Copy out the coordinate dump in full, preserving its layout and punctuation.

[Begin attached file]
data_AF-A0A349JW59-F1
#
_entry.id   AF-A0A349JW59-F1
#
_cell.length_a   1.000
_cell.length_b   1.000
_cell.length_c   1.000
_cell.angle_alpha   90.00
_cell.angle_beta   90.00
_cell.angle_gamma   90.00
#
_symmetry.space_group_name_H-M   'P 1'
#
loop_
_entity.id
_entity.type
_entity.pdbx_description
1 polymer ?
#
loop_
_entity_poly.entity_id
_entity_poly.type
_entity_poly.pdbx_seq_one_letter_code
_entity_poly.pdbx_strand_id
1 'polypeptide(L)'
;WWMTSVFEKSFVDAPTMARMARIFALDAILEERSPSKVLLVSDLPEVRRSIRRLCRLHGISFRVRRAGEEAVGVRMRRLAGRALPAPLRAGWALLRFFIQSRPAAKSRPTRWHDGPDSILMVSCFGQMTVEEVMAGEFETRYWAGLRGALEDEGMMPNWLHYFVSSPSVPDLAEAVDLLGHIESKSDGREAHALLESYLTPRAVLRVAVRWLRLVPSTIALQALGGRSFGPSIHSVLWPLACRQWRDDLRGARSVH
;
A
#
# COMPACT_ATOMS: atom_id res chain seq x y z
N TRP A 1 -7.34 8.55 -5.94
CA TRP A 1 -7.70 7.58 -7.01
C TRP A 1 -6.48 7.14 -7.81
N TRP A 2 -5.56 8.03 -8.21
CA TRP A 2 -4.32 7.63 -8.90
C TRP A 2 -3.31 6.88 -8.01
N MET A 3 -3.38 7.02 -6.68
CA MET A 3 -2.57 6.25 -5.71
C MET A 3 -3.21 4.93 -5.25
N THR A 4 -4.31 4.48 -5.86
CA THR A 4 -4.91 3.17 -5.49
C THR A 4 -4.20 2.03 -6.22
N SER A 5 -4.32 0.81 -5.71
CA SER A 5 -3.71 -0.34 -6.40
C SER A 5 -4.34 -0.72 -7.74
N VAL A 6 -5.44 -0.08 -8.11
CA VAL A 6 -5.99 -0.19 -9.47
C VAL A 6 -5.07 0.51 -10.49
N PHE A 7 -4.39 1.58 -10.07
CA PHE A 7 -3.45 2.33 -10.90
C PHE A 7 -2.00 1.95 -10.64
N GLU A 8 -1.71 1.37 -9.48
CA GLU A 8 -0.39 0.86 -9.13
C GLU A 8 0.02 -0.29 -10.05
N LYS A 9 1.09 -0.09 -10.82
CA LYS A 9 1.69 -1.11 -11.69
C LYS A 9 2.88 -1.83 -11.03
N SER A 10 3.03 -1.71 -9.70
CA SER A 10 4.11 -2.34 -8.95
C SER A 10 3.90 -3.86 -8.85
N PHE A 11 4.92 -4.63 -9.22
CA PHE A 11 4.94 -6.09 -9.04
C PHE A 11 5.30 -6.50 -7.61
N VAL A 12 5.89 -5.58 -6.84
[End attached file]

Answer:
data_AF-A0A349JW59-F1
#
_entry.id   AF-A0A349JW59-F1
#
_cell.length_a   1.000
_cell.length_b   1.000
_cell.length_c   1.000
_cell.angle_alpha   90.00
_cell.angle_beta   90.00
_cell.angle_gamma   90.00
#
_symmetry.space_group_name_H-M   'P 1'
#
loop_
_entity.id
_entity.type
_entity.pdbx_description
1 polymer ?
#
loop_
_entity_poly.entity_id
_entity_poly.type
_entity_poly.pdbx_seq_one_letter_code
_entity_poly.pdbx_strand_id
1 'polypeptide(L)'
;WWMTSVFEKSFVDAPTMARMARIFALDAILEERSPSKVLLVSDLPEVRRSIRRLCRLHGISFRVRRAGEEAVGVRMRRLAGRALPAPLRAGWALLRFFIQSRPAAKSRPTRWHDGPDSILMVSCFGQMTVEEVMAGEFETRYWAGLRGALEDEGMMPNWLHYFVSSPSVPDLAEAVDLLGHIESKSDGREAHALLESYLTPRAVLRVAVRWLRLVPSTIALQALGGRSFGPSIHSVLWPLACRQWRDDLRGARSVH
;
A
#
# COMPACT_ATOMS: atom_id res chain seq x y z
N TRP A 1 -7.34 8.55 -5.94
CA TRP A 1 -7.70 7.58 -7.01
C TRP A 1 -6.48 7.14 -7.81
N TRP A 2 -5.56 8.03 -8.21
CA TRP A 2 -4.32 7.63 -8.90
C TRP A 2 -3.31 6.88 -8.01
N MET A 3 -3.38 7.02 -6.68
CA MET A 3 -2.57 6.25 -5.71
C MET A 3 -3.21 4.93 -5.25
N THR A 4 -4.31 4.48 -5.86
CA THR A 4 -4.91 3.17 -5.49
C THR A 4 -4.20 2.03 -6.22
N SER A 5 -4.32 0.81 -5.71
CA SER A 5 -3.71 -0.34 -6.40
C SER A 5 -4.34 -0.72 -7.74
N VAL A 6 -5.44 -0.08 -8.11
CA VAL A 6 -5.99 -0.19 -9.47
C VAL A 6 -5.07 0.51 -10.49
N PHE A 7 -4.39 1.58 -10.07
CA PHE A 7 -3.45 2.33 -10.90
C PHE A 7 -2.00 1.95 -10.64
N GLU A 8 -1.71 1.37 -9.48
CA GLU A 8 -0.39 0.86 -9.13
C GLU A 8 0.02 -0.29 -10.05
N LYS A 9 1.09 -0.09 -10.82
CA LYS A 9 1.69 -1.11 -11.69
C LYS A 9 2.88 -1.83 -11.03
N SER A 10 3.03 -1.71 -9.70
CA SER A 10 4.11 -2.34 -8.95
C SER A 10 3.90 -3.86 -8.85
N PHE A 11 4.92 -4.63 -9.22
CA PHE A 11 4.94 -6.09 -9.04
C PHE A 11 5.30 -6.50 -7.61
N VAL A 12 5.89 -5.58 -6.84